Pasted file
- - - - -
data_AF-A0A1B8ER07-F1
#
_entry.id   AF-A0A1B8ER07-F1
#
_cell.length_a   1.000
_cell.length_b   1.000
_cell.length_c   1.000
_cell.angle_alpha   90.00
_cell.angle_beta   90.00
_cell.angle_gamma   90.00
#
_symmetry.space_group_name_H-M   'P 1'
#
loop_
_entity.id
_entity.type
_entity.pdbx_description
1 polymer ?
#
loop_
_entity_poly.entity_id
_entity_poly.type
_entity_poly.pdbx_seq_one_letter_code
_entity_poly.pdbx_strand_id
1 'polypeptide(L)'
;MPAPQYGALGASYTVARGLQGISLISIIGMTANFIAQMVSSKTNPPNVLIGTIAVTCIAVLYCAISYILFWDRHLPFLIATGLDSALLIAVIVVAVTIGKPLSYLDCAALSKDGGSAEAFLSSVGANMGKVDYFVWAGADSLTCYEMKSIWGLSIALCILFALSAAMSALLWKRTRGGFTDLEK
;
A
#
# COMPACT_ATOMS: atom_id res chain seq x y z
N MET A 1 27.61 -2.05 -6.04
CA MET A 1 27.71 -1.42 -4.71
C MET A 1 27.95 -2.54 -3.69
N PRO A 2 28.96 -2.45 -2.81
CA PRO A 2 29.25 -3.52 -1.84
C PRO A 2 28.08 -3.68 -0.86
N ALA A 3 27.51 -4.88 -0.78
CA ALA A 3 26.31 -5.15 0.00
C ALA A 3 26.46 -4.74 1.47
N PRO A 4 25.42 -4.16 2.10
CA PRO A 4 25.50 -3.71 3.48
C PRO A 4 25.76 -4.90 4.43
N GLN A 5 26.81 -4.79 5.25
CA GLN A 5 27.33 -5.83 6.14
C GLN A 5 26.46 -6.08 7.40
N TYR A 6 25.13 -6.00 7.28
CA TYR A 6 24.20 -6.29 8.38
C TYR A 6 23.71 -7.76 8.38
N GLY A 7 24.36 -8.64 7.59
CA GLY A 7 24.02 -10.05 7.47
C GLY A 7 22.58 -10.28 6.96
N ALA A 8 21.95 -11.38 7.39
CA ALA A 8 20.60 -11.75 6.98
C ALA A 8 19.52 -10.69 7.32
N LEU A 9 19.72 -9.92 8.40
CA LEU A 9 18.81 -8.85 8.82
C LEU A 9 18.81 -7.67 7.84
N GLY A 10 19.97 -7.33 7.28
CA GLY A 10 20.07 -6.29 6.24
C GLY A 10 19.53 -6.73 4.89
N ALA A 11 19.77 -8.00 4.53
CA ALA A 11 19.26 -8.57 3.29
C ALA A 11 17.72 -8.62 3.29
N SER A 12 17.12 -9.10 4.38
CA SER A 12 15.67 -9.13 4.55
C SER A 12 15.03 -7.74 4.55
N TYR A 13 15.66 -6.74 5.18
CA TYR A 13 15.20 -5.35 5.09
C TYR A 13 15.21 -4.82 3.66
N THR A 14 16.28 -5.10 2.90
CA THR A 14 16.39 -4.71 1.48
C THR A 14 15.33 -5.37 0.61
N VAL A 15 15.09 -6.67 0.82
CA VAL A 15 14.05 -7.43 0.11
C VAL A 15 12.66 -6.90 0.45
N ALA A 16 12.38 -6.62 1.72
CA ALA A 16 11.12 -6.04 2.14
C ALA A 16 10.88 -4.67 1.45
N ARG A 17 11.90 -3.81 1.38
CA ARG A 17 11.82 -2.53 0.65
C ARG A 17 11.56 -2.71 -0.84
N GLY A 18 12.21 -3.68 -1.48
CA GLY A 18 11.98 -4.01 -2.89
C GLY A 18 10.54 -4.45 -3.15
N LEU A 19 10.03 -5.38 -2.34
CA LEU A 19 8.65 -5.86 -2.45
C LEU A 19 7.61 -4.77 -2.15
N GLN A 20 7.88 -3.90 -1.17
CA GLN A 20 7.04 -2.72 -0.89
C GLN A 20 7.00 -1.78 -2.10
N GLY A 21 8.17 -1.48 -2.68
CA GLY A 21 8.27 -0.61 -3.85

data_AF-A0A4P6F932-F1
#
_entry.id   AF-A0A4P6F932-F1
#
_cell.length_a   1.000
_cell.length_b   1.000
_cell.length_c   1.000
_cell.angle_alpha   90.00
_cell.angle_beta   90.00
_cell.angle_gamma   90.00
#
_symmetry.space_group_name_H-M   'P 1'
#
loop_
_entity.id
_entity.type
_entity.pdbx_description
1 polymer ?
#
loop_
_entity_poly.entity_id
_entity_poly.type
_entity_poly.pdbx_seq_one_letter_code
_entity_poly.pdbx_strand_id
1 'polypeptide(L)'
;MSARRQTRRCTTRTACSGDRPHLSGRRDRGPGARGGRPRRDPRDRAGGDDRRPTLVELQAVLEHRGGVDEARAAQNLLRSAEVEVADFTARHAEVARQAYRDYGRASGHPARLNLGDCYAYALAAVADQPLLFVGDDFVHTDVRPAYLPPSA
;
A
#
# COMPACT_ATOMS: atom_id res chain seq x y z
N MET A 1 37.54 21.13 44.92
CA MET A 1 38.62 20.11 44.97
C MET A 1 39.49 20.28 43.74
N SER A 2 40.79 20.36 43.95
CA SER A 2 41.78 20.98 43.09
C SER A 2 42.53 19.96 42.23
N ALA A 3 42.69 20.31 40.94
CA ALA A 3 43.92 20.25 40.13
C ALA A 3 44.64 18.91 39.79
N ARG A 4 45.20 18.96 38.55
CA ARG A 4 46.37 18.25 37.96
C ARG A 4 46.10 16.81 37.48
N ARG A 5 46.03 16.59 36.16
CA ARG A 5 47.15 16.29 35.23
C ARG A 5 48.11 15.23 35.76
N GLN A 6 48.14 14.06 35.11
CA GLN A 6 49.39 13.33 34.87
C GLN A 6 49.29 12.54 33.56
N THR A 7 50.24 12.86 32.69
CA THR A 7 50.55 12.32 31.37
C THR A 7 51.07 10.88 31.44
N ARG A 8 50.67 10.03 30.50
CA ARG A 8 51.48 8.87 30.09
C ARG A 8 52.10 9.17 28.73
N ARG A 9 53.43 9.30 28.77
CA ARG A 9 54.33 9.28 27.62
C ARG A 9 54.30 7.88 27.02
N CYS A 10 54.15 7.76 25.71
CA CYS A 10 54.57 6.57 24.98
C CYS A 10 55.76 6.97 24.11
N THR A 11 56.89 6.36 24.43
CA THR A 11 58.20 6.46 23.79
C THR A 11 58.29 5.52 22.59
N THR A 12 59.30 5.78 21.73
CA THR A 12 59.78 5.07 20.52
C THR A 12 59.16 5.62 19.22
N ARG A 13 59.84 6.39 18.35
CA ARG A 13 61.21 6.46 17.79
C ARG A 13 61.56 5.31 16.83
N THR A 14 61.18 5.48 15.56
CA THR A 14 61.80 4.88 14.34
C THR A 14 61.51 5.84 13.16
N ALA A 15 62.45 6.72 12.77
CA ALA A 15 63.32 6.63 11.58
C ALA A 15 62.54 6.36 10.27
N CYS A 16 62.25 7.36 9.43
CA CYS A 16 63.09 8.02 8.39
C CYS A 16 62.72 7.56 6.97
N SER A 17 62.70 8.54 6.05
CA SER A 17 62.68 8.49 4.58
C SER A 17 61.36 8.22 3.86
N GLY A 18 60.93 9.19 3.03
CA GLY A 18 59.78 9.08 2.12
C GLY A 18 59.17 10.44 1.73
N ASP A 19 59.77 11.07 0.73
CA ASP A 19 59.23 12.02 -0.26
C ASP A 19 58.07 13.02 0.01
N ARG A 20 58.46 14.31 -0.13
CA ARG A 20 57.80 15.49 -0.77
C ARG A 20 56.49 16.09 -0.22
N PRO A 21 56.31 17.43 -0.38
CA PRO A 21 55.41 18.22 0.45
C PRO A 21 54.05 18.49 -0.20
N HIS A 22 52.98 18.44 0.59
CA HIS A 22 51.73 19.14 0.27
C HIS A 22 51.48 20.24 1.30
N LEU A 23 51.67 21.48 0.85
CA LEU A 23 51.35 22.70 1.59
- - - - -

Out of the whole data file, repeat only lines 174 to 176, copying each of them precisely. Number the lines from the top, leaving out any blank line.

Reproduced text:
N GLY A 18 60.93 9.19 3.03
CA GLY A 18 59.78 9.08 2.12
C GLY A 18 59.17 10.44 1.73